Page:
Can the company produce premium quality products at a lower cost than its competitors?
Mercy Meats products, Mercy Burger, Mercy Sausage, and Mercy Pork, are much more expensive compared to animal meat products in Brazil. For example, one Impossible Burger pack weighing 1.4kg is currently priced at around $30, nearly 4 times higher than the same amount of beef (around $8 per 1.4kg) in Brazil.
However, Brazil is the leading exporter of soybean in quantity due to its low price and premium quality. Hence, if the company can take advantage of the low soybean input in Brazil and can scale up its production, a more reasonable product pricing can be achieved.
Does the company have a patented technology/design that distinguishes it from other competitors?
Mercy Meats owns a patented technology over its heme ingredient, a soy root-extracted ingredient that makes its products taste and look almost identical to animal meat. In fact, Burger Queen, a major fast food chain, chose to partner with Mercy Meats in the US because its products taste much more like real meat than that of Beyond Meat, Mercy Meats’ biggest competitor in the plant-based industry.
Step 4: Financial feasibility
What is the current financial situation of the company? Can the company fund the investments itself or can it raise the required capital?
Next, we will look at how much investment is required and whether the company can financially cover it. The total investment cost is estimated at $80 million, while the expected return is over $180 million in 2 years.
Finance-wise, the company is doing really well, with average yearly revenue of $151 million. Mercy Meats also attracted many investors in the past, with $1.4 billion in total funding, of which $200 million was acquired in 2020. These figures exhibit investor confidence in the company, which implies high chance of getting more funding in the near future.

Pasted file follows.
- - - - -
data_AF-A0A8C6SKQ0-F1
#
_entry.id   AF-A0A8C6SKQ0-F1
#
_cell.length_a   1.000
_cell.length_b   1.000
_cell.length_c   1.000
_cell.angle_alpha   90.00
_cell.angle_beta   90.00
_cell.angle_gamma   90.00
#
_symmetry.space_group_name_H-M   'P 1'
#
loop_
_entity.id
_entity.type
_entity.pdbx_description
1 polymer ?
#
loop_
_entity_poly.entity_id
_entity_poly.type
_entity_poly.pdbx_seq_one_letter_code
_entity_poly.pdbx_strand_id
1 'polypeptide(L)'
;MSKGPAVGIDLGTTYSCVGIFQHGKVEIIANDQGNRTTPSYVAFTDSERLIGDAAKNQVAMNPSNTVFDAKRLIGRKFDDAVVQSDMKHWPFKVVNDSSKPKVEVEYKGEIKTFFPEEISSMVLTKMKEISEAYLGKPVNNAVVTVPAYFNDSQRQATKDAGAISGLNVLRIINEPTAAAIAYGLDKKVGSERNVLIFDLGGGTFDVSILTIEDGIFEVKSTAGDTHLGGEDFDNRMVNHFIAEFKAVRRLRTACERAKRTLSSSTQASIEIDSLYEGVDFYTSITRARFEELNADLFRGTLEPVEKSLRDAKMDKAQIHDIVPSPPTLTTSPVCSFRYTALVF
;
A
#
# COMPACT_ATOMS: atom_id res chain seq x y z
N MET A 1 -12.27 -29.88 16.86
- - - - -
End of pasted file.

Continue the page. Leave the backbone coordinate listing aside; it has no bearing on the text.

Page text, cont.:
Part 3: Implementation – How to enter?
The final step is to formulate an entry strategy, which includes deciding the implementation timeline, choosing the methods of expansion, and drafting an execution plan. We will examine each aspect, in the above order.
When is the best time to enter Brazil’s market?
The best time to enter Brazil is right now. We’ve observed that our major competitors, such as Marfrig, have started developing their own lines of plant-based meat. These competitors have better local knowledge than our client company and an already widely-recognized brand name in Brazil. Mercy Meats needs to move fast if it wants to secure a fair share of the plant-based meat market.
Which method of expansion is the most suitable?
To effectively gauge demand, Mercy Meats should consider expanding under trade-based modes, exporting in particular, and growing organically first. After that, it is recommended that Mercy Meats establish its own subsidiary, to have better control of two aspects: technology and market.
First, partnership modes are risky due to the potential of technological theft, subsidiaries or M&A modes can eliminate this risk, although they require more investment. Second, establishing a production subsidiary will enable the company to exert more control over the target market, by quickly adjusting production to customers’ needs and reducing logistic costs to be more cost-competitive .
What is the execution plan?
Finally, we need to develop an execution plan.
- What: The breakdown of tasks in the overall implementation plan, for example, establishing partnerships for exporting, marketing the product, setting up the factory, etc.
- Who: Who will be in charge of the aforementioned tasks? What are their deliverables?
- How: What are the targets for each task, what are the expected quality standards that align with the key objectives?
What do you think about the market entry framework sample presented above?
It’s super detailed, isn’t it? Even so, it’s just theory. The only way to master the market entry framework is to practice. And it would be best if you had any consulting experts review your performance. Reach out to our ex-consultants, who can give you concrete feedback on your answer to a specific market entry framework case.
That way, they’ll help you figure out your weak areas and suggest effective improvement methods. Meet your coach today to start sharpening your skills!